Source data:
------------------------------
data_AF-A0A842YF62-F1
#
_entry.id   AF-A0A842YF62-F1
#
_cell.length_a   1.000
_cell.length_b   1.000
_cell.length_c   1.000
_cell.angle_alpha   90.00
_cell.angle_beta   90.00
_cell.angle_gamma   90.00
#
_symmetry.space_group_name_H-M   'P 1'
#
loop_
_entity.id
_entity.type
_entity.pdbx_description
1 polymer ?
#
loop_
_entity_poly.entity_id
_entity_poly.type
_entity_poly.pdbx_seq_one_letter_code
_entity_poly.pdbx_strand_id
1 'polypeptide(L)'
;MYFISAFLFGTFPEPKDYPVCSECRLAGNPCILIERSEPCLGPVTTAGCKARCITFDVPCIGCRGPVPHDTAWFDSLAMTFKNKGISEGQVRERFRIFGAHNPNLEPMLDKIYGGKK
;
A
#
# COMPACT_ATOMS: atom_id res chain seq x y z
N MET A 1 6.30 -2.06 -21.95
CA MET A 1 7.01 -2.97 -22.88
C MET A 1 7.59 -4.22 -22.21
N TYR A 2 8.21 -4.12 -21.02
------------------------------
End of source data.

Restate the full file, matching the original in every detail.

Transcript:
data_AF-A0A842YF62-F1
#
_entry.id   AF-A0A842YF62-F1
#
_cell.length_a   1.000
_cell.length_b   1.000
_cell.length_c   1.000
_cell.angle_alpha   90.00
_cell.angle_beta   90.00
_cell.angle_gamma   90.00
#
_symmetry.space_group_name_H-M   'P 1'
#
loop_
_entity.id
_entity.type
_entity.pdbx_description
1 polymer ?
#
loop_
_entity_poly.entity_id
_entity_poly.type
_entity_poly.pdbx_seq_one_letter_code
_entity_poly.pdbx_strand_id
1 'polypeptide(L)'
;MYFISAFLFGTFPEPKDYPVCSECRLAGNPCILIERSEPCLGPVTTAGCKARCITFDVPCIGCRGPVPHDTAWFDSLAMTFKNKGISEGQVRERFRIFGAHNPNLEPMLDKIYGGKK
;
A
#
# COMPACT_ATOMS: atom_id res chain seq x y z
N MET A 1 6.30 -2.06 -21.95
CA MET A 1 7.01 -2.97 -22.88
C MET A 1 7.59 -4.22 -22.21
N TYR A 2 8.21 -4.12 -21.02